Duncan Jones Interview
Duncan Jones Interview
I was thinking Groundhog Day and 12 Monkeys as the main sources. Did you look at those at all?

Duncan Jones

Oh, right. Oh, sorry – I forgot about them. [Laughs] Well, I knew both of those films pretty well – I didn't watch them again in the build-up to making the movie. I mean obviously the conceit of Source Code is very similar to both of those films. And a number of others, to be honest, but those are fair references. I am a big Gilliam fan, of course - I've met him a few times and I'm a huge admirer of his. [In Source Code] we have this environment called the Pod, this sort of holding area that Colter finds himself in and that was really my opportunity to get a little bit visually, you know, Gilliam, on it.
Did you cut anything out that you hated to lose?

Duncan Jones

Uh, no. Jake was going to be just finishing Prince of Persia and then starting the Prince of Persia press, and we kind of had to shoot our film in that pocket of time. And because of that, we were really having to compress everything down and shooting the bare essentials of what we needed to make the film work. There wasn't really extra time to shoot anything else, so I think pretty much everything that was in the script we managed to get into our cut of the film.
It strikes me as the kind of film that might have gone through multiple endings, so was that not the case then?

Duncan Jones

There was one, there was one other ending that the producers really wanted to see and to test. And I wasn't a big fan of it but we did it for them and that was a very romantic and in my opinion, slightly sappy, ending where Christina and Colter kind of disappear onto a happy ever after and then the credits roll. And it just didn't feel particularly effective to me.
Is that basically just without the end sequence?

Duncan Jones

Yes, that's without the end sequence. We did a test of that and then we did a test of what I call “my” ending – which is the one that's in the cinemas – and the reactions to the romantic ending were, ‘Meh,’ you know. It was just kind of, 'Oh, that's alright.' And then the reaction to my ending was either people were incredibly excited and psyched by it or baffled and wanting to talk about it. So to me, that was the better reaction. I'd rather have that than ‘Meh.’
It's a homage to Grand Theft Auto - a guy who gets multiple attempts to complete a mission...
Do you have a favourite scene in the film?

Duncan Jones

Well, on a purely technical level, the scene of Jake jumping off the train was a real opportunity for me to try and push a boundary on the effects side that I hadn't seen in any other film. We achieved it, I think it looks great and it is a shot that no-one else has done before. And it's a homage to Grand Theft Auto, the computer game. So it's fun in that respect too, because I think one of the other things about the film is that it is about a guy who gets multiple attempts to complete a mission and that's a computer game. As someone who plays games, that was another reference that seemed very natural to the film.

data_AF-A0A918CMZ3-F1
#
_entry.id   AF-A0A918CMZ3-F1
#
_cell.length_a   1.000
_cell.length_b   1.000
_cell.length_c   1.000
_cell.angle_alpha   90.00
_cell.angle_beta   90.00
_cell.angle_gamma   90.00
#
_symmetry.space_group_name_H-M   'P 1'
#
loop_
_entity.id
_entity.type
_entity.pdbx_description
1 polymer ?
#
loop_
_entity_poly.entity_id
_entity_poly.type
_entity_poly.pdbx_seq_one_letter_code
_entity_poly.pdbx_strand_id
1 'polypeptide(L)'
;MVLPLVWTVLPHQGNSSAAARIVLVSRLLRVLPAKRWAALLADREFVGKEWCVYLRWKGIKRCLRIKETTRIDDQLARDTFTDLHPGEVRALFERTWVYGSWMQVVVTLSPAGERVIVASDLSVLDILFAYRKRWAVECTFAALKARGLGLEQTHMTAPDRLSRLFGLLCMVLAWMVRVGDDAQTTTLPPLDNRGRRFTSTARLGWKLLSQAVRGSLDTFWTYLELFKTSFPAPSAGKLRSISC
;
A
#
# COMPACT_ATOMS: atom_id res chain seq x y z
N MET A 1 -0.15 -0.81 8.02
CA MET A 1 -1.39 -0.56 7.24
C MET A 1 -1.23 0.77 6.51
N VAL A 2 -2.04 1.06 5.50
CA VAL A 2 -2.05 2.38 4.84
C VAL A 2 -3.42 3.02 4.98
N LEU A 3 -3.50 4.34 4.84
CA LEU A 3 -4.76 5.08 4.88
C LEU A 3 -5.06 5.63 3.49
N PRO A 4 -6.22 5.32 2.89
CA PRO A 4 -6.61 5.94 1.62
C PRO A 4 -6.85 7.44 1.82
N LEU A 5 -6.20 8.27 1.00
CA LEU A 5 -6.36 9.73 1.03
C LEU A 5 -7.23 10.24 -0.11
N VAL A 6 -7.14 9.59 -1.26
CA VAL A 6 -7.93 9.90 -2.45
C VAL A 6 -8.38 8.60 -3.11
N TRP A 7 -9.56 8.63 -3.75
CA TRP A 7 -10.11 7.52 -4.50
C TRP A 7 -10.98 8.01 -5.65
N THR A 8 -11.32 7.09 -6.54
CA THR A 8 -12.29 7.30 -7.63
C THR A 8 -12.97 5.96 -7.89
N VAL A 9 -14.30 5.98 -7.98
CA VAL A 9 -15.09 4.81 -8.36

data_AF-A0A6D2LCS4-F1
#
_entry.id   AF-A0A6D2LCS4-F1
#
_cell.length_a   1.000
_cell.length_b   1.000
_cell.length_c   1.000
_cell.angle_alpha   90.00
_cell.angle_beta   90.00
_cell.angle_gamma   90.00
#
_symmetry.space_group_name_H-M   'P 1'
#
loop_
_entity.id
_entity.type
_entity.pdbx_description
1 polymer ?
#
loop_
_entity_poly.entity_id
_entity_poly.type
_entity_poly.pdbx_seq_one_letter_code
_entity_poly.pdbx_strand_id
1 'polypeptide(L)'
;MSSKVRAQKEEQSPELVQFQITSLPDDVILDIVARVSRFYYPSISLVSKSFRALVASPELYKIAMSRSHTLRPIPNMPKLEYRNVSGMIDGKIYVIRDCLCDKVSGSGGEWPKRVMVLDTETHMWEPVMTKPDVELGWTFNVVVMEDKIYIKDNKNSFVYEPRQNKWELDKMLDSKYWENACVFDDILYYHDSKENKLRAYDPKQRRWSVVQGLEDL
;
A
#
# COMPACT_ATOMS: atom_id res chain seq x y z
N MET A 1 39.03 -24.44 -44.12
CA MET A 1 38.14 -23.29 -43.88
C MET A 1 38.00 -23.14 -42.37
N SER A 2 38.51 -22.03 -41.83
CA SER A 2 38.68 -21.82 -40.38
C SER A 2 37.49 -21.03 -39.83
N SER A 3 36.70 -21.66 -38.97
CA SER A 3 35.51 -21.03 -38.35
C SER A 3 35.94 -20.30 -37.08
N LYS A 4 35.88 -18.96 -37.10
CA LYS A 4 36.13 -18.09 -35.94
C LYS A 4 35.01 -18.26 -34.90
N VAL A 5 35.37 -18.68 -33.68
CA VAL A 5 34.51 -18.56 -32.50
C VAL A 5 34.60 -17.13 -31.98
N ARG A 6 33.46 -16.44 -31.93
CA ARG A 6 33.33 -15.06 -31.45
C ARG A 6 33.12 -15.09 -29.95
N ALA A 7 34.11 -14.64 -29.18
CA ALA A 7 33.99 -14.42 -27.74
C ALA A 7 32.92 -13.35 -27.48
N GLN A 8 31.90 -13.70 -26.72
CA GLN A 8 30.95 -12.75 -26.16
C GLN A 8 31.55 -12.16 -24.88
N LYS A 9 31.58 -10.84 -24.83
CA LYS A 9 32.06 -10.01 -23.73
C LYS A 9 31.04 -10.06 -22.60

What was the hardest scene to film?

Duncan Jones

One of the most pathetic, really. One of the least challenging in appearance. Just the exteriors at the train station. We were shooting in Montreal in the spring and the weather was completely chaotic – it would be cloudy and raining and then bright sunshine and you know, the sun's obviously moving across the sky so your shadows are moving all the time and we only had four days to. It was just a nightmare, having to try and find ways to make the weather work for us.

I have a big question, which is where is Sean at the end of the film?

Duncan Jones

I can tell you now that the film's out. Actually, Ben, who wrote the script, came up with the best answer to that at South By Southwest. He said, “Sean is dead.” [Laughs] So, basically, at the end of the film you've got Colter Stevens, he's in a box at the facility where Goodwin and Rutledge work; he's got this manifestation, this understanding of where he is, which is how he communicates with Goodwin. And he says, “Send me back, I want to get one last shot at this – I at least want to stop the train from blowing up for these passengers.” She agrees, she sends him in there.

So he is now in a parallel reality, because, little do Goodwin and Rutledge truly understand, the source code that they think is only creating eight minutes of the past is in fact creating parallel realities and every time they use the source code they create a new parallel reality which continues off in time. So basically, every time they do it and Colter fails, they've just created a new terrorist attack which kills hundreds of people. They might want to be aware of that next time. Anyway this final time, they send Colter Stevens in, he goes on the train, he disarms the bomb, he's successful, the train never blows up, which means obviously that there's a Colter Stevens who lives in that reality who has never been sent on a mission to stop the train blowing up, because it never blew up. So there's now two versions of Colter Stevens.
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